Like anything that requires strength and skill, cloud security takes focus, discipline, and a keen understanding of the actions that get you the best results. We recently hosted a webinar bootcamp reviewing the top eleven AWS best practices to get CloudFit. Many of the best activities we reviewed are very easy to implement, but often ignored which creates problems when hackers discover your vulnerabilities.
We had a great discussion and wanted to provide a post-webinar recap of some of the questions from our audience that we ran out of time to answer. In this blog, Marco Genovese, Solutions Architect at Evident.io will answer those questions and coach us through how these security practices are designed to improve your cloud’s overall security and fitness in the shortest time possible.
Q: “Regarding MFA, I agree the password complexity is not the right solution, the MFA solution is better, but for our CIS Benchmark we are required to have complex password that expire, how should be go about handling the CIS compliancy then?”
[Marco Genovese] You’re correct, password complexity is not the right solution, not even when it comes to compliance standards. Even in the CIS Amazon Web Services Foundations Benchmark v1.1.0 – 11-09-2016 they recommend using MFA vs. password complexity as well. Frequently changing passwords can cause people to write them down or forget them and cause negative productivity impact – time wasted requesting passwords and reissuing access. Using MFA allows for security and usability at the same time without interruptions.
Q: “In the example where an EC2 instance has access to an S3 bucket, what are the guidelines for which tool to use for S3 bucket/object policies vs IAM roles?”
[Marco Genovese] Imagine if a policy with administrative privilege was attached. The result could have been significant damage caused, not just on the intended S3 bucket, but on all AWS Services and Resources. With this in mind, what’s an example of a strong policy? Let’s go back to the example application above. Perhaps all our application really needs, is to make the following calls: S3 GetObject, S3 PutObject, SQS ReceiveMessage, SQS SendMessage, SNS Publish. That’s only five service API calls, or five actions in IAM Policy document language. Let’s say we were given the ARNs of the Bucket, SQS Queue and SNS Topic that are the intended resources. We can now use the awesome “AWS Policy Generator” tool to create a policy document that can be applied to the IAM Role that is associated with our application’s EC2 instance.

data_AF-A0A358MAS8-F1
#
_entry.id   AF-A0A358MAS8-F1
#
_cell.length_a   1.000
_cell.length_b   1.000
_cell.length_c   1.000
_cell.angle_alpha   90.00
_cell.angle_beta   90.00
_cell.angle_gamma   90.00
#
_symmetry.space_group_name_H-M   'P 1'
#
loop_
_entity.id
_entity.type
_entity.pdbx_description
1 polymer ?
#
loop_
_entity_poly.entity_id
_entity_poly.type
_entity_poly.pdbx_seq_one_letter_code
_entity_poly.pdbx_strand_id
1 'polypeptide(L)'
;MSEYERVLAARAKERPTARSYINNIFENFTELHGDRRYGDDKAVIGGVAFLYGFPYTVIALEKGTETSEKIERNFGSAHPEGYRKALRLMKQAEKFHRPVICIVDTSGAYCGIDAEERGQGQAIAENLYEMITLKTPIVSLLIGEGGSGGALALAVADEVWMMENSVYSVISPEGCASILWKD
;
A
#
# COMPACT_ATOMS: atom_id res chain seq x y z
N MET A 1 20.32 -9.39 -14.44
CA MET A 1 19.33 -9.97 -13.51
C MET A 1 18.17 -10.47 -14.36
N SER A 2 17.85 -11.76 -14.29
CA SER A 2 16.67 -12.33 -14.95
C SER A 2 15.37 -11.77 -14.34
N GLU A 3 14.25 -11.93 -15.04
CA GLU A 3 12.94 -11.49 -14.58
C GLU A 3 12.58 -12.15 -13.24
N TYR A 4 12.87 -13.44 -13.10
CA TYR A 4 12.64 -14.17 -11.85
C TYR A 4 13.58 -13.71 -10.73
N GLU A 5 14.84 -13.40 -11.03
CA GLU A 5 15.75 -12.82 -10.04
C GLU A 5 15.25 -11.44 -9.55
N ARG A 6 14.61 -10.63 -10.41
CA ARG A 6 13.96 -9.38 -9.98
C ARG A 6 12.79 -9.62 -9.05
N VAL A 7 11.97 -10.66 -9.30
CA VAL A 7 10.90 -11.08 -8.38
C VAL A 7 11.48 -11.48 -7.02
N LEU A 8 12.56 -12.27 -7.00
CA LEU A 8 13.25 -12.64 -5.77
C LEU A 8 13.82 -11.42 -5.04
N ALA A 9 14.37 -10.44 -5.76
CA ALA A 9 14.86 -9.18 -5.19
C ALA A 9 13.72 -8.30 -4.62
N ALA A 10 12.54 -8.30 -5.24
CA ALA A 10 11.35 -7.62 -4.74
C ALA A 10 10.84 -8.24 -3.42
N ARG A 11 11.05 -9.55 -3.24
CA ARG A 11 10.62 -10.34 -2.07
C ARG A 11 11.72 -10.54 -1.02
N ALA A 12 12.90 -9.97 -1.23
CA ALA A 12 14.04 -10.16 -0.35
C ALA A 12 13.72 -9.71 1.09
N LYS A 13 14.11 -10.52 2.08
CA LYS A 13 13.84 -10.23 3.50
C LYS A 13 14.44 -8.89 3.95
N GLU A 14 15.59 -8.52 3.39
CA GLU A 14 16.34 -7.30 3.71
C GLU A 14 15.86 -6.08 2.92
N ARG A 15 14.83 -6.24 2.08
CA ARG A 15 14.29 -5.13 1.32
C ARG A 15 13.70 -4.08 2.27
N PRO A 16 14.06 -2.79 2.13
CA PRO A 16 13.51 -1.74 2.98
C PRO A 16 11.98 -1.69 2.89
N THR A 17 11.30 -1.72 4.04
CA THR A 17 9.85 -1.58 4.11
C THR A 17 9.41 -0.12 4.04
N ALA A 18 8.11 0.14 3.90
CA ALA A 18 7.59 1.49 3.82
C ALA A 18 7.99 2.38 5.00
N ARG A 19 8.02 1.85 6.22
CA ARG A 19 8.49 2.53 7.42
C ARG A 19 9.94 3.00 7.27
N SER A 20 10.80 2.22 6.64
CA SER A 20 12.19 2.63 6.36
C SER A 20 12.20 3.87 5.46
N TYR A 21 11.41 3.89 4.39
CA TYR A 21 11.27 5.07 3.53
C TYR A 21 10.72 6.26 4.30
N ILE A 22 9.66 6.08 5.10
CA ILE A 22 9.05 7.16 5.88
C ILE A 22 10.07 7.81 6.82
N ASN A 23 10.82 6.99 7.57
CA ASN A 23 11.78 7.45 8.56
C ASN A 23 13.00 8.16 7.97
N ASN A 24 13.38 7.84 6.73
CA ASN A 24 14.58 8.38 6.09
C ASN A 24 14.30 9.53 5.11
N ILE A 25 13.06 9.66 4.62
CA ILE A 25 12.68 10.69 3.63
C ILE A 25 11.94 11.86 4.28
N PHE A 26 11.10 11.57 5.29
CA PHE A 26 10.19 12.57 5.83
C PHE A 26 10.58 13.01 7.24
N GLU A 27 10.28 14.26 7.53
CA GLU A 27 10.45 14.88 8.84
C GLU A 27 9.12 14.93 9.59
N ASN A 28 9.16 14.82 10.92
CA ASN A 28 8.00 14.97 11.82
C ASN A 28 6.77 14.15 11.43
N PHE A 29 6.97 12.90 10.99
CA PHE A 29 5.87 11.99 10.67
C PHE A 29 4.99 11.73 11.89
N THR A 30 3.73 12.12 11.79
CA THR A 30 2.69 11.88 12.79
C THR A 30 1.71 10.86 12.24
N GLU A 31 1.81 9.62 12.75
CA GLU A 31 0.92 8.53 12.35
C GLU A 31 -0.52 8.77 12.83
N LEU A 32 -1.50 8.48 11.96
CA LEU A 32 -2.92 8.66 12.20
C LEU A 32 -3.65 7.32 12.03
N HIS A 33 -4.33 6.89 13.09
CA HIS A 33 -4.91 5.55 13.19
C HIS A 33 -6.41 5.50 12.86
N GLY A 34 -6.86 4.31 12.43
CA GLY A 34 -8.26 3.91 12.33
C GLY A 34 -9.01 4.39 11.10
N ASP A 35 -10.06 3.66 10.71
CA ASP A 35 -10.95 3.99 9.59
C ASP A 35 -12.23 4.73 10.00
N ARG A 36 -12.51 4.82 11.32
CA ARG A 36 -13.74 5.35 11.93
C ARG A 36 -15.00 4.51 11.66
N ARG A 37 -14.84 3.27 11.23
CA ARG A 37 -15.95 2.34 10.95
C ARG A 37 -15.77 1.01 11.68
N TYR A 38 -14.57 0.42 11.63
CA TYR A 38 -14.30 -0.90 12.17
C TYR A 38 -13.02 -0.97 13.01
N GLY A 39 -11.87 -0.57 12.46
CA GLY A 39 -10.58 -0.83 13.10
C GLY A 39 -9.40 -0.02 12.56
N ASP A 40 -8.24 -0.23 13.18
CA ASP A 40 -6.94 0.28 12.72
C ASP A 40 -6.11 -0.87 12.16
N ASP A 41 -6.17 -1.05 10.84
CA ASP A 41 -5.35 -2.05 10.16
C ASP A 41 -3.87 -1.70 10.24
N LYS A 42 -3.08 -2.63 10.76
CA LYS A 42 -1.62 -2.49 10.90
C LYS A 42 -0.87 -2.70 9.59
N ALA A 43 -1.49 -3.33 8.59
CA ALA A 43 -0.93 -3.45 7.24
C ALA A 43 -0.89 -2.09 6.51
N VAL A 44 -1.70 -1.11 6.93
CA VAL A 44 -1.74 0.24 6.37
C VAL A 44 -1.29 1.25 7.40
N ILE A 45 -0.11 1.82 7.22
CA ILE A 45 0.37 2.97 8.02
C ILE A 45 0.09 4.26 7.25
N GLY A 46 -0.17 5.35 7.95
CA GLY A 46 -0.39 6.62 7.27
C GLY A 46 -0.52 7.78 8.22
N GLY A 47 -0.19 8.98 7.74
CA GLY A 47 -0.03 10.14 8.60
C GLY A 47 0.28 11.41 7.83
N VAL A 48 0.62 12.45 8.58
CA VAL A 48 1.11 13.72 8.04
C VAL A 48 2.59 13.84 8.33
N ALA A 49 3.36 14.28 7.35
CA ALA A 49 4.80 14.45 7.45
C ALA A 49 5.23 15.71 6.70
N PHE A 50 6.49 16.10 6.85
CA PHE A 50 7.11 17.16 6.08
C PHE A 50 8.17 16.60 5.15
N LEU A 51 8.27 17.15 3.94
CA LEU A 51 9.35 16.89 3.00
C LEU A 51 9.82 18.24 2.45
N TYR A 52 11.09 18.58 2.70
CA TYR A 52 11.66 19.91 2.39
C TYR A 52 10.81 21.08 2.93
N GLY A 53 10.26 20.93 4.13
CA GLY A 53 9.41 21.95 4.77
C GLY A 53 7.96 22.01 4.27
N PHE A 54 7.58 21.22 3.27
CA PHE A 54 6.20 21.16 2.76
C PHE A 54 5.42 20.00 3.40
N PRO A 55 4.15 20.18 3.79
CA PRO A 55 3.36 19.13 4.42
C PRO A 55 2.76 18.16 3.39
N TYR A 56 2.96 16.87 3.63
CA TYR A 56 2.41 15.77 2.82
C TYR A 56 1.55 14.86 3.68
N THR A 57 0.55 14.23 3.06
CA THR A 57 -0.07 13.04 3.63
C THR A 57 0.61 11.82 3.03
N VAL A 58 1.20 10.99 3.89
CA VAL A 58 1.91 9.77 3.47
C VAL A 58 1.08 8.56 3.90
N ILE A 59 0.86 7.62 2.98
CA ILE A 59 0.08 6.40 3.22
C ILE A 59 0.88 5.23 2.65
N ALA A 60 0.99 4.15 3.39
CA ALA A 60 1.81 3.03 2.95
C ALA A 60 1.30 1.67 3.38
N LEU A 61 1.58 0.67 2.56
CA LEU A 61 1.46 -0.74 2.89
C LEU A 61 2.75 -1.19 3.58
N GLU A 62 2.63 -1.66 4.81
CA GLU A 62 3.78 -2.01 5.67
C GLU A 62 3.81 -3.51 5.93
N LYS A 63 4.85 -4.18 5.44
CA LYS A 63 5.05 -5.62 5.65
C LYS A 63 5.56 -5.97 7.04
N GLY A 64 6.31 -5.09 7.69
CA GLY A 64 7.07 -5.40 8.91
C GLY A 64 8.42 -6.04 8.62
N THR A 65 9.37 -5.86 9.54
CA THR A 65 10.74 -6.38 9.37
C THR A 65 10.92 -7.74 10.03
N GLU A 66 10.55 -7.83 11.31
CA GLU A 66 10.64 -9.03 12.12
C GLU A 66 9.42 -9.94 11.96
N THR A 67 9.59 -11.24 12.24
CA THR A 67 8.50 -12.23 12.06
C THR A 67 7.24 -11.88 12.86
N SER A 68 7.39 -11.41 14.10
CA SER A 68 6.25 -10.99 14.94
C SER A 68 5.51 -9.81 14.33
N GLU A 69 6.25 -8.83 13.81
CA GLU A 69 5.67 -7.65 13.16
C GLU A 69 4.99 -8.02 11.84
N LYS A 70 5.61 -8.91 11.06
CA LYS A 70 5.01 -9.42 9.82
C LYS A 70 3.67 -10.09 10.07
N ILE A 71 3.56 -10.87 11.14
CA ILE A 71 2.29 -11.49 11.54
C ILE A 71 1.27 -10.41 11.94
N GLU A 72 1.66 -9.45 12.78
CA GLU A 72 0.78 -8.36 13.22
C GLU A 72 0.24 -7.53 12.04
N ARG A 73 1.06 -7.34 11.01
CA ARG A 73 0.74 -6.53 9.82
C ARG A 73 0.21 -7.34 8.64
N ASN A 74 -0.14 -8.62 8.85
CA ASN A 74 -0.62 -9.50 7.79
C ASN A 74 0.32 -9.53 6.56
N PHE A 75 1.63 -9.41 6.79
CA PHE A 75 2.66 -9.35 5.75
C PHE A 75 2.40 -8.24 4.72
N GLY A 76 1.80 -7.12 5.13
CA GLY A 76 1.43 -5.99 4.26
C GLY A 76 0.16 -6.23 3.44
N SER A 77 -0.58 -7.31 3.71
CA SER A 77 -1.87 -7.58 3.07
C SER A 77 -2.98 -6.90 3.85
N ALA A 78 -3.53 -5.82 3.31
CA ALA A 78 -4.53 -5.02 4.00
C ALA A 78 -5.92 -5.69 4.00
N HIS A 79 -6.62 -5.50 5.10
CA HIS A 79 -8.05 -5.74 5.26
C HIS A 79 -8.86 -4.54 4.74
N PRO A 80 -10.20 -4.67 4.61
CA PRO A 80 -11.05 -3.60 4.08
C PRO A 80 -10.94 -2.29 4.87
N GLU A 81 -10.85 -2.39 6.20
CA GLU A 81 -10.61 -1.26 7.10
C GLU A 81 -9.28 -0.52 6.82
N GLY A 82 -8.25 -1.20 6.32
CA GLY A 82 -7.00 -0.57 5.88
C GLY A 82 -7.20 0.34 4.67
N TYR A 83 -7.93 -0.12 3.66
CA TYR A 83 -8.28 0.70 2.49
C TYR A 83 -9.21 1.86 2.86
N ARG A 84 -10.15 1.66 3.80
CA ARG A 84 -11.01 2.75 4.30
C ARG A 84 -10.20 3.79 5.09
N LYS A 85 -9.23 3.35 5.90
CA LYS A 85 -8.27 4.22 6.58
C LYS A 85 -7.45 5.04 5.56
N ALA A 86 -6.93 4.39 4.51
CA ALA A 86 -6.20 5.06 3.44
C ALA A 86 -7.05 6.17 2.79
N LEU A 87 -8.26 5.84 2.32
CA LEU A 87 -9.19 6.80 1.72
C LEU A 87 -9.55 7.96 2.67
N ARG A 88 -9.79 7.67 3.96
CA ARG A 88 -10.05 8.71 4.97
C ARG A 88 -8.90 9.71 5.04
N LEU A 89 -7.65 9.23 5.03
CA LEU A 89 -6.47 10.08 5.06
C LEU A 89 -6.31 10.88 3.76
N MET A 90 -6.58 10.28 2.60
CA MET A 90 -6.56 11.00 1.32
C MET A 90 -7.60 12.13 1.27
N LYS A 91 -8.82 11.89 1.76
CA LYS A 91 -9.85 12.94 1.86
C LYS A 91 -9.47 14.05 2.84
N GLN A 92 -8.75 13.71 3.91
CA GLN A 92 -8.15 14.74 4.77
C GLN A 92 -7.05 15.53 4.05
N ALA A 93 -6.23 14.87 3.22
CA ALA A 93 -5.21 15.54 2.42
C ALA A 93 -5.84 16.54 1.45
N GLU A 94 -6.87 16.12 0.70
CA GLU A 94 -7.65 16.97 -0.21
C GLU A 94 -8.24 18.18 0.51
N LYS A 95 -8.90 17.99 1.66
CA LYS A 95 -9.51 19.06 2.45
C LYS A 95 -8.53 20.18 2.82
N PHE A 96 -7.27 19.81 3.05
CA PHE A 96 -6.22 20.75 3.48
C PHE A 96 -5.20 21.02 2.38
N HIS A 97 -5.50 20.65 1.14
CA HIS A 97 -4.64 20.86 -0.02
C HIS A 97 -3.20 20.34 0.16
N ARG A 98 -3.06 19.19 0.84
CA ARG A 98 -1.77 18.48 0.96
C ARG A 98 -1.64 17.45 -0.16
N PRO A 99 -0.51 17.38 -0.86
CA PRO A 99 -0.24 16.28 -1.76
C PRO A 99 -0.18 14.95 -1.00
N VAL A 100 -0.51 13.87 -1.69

Q: “Regarding Rotating Keys: Using Evident.io’s ESP showed us that we had issues with Key Rotation so we set up a script that will now “Auto-Delete” keys that are over 90 days old. This is in our sandbox environment and users are informed when they sign up for account.”
[Marco Genovese] This is great for a couple of reasons! One, this example proves that visibility is key to understanding your security posture. With so many people accessing and making changes within your cloud, it can be hard to operate securely without locking it tight which can really slow things down. We love to see our customers’ confidence grow as they implement and customize the ESP signatures. Following this best practice enables them to provide their teams with more trust and autonomy to get things done fast. And two, this is exactly how you should operate to keep track of rotating API access keys within your teams and with third-party vendors. Communication is key to the success of any organization especially when it comes to security.